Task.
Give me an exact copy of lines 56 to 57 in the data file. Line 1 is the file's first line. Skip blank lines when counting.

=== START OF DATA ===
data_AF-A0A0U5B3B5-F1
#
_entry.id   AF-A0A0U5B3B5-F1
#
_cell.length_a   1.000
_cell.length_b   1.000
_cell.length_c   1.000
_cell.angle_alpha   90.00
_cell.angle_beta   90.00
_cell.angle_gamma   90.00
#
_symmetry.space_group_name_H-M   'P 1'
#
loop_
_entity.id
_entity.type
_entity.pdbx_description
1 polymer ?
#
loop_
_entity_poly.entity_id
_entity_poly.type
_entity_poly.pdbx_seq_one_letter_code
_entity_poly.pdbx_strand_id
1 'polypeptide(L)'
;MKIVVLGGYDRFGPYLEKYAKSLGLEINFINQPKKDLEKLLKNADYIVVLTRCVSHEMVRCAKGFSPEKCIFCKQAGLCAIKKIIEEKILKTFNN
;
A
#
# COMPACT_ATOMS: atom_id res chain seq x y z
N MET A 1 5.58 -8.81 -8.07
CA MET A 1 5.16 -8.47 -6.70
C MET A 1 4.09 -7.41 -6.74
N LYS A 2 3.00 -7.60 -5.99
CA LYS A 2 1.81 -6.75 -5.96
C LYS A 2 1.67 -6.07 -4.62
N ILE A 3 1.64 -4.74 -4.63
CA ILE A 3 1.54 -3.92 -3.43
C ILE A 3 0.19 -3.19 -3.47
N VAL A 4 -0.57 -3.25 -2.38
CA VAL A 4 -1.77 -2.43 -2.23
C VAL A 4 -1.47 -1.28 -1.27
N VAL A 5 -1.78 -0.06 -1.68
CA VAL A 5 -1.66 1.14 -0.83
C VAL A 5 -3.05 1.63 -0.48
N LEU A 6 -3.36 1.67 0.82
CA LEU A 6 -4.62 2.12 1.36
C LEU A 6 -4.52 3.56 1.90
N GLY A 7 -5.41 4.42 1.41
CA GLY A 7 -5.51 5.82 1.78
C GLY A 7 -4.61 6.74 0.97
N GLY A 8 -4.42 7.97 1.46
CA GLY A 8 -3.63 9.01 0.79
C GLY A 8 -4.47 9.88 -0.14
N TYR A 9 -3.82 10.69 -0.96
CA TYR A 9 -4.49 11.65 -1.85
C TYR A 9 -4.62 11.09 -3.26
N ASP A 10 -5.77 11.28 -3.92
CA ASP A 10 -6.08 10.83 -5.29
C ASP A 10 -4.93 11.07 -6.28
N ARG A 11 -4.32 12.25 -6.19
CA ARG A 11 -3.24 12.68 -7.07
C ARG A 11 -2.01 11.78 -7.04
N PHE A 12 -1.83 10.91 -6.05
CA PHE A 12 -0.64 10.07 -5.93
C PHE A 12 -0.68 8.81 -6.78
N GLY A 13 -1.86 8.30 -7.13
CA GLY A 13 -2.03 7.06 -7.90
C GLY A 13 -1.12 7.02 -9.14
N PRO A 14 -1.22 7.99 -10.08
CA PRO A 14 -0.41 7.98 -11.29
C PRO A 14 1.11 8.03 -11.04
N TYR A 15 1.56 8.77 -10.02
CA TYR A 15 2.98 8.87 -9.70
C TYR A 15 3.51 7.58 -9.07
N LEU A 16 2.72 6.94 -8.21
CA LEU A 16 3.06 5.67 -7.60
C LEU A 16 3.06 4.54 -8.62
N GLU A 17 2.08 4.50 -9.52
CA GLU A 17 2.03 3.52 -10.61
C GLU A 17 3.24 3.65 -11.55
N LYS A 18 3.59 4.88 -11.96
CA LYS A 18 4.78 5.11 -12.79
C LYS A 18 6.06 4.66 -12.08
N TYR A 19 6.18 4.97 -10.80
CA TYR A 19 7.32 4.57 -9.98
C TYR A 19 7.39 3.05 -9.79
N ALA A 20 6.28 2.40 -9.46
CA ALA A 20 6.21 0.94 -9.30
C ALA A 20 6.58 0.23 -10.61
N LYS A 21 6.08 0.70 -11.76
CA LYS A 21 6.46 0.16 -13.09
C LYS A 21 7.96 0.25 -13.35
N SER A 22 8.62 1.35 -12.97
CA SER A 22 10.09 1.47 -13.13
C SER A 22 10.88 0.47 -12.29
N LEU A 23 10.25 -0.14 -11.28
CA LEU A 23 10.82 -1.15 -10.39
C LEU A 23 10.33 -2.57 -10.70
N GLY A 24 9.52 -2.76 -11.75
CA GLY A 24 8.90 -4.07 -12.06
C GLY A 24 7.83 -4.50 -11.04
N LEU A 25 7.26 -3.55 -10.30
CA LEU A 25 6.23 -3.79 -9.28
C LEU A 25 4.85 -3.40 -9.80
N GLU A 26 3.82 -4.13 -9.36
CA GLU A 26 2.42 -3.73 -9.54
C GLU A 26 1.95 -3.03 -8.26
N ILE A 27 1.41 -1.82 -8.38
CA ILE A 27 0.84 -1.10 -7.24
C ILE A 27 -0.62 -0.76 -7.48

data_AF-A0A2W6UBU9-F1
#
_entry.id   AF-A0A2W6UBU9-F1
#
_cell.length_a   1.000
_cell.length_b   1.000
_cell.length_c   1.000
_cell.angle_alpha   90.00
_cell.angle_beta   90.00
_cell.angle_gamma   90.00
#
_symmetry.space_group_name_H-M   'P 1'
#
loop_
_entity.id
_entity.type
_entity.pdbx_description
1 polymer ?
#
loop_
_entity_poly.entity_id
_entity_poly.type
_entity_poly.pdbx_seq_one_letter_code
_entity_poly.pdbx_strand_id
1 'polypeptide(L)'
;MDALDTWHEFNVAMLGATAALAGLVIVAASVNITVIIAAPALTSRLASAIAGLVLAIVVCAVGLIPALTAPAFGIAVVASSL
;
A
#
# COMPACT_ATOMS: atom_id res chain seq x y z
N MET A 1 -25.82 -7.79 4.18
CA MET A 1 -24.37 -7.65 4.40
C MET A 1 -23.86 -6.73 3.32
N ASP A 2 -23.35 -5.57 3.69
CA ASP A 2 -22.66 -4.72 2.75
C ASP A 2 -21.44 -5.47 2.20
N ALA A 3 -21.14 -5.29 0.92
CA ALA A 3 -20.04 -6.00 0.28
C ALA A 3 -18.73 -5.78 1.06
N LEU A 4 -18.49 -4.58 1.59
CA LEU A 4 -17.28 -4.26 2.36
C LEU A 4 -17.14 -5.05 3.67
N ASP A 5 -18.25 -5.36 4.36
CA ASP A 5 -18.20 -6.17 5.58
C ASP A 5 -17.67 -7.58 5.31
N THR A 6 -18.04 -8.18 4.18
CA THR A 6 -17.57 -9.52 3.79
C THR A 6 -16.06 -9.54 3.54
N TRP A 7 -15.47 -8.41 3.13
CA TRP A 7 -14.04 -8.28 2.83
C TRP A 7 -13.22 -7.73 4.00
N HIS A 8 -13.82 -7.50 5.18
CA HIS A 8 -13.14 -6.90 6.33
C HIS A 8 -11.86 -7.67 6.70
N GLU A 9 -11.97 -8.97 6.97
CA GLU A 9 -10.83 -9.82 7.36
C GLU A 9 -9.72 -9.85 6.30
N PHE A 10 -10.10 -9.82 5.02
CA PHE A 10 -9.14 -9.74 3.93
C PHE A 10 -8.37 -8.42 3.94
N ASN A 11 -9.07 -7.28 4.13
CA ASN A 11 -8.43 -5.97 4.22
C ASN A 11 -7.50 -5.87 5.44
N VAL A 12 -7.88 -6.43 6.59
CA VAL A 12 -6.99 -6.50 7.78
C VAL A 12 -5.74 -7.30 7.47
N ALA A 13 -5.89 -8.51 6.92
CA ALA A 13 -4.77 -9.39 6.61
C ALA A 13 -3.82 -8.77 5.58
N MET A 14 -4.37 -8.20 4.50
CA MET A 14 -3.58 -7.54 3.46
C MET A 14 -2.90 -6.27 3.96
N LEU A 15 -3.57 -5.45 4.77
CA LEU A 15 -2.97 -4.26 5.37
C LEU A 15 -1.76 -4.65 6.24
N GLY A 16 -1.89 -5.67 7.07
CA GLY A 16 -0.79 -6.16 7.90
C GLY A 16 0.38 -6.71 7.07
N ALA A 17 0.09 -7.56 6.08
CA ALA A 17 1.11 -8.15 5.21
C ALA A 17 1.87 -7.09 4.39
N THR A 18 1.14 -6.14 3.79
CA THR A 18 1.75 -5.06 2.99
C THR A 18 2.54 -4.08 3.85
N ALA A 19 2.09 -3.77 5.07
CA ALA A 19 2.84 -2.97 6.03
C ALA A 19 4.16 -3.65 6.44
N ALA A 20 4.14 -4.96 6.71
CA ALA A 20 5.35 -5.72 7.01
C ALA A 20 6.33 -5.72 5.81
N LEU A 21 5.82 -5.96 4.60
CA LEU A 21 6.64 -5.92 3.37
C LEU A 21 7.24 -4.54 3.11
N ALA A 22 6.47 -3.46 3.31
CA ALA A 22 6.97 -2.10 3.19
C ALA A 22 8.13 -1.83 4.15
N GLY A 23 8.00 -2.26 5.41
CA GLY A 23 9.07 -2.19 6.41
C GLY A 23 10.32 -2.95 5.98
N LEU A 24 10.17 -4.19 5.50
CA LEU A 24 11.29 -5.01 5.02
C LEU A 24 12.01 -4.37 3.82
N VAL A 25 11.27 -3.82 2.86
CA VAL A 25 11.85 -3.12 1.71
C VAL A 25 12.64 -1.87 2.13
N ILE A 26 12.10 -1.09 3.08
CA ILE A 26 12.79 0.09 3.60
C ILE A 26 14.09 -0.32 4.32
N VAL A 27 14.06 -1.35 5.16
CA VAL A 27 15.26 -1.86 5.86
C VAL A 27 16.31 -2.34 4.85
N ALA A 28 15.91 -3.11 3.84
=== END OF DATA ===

CA TYR A 9 -4.49 11.65 -1.85
C TYR A 9 -4.62 11.09 -3.26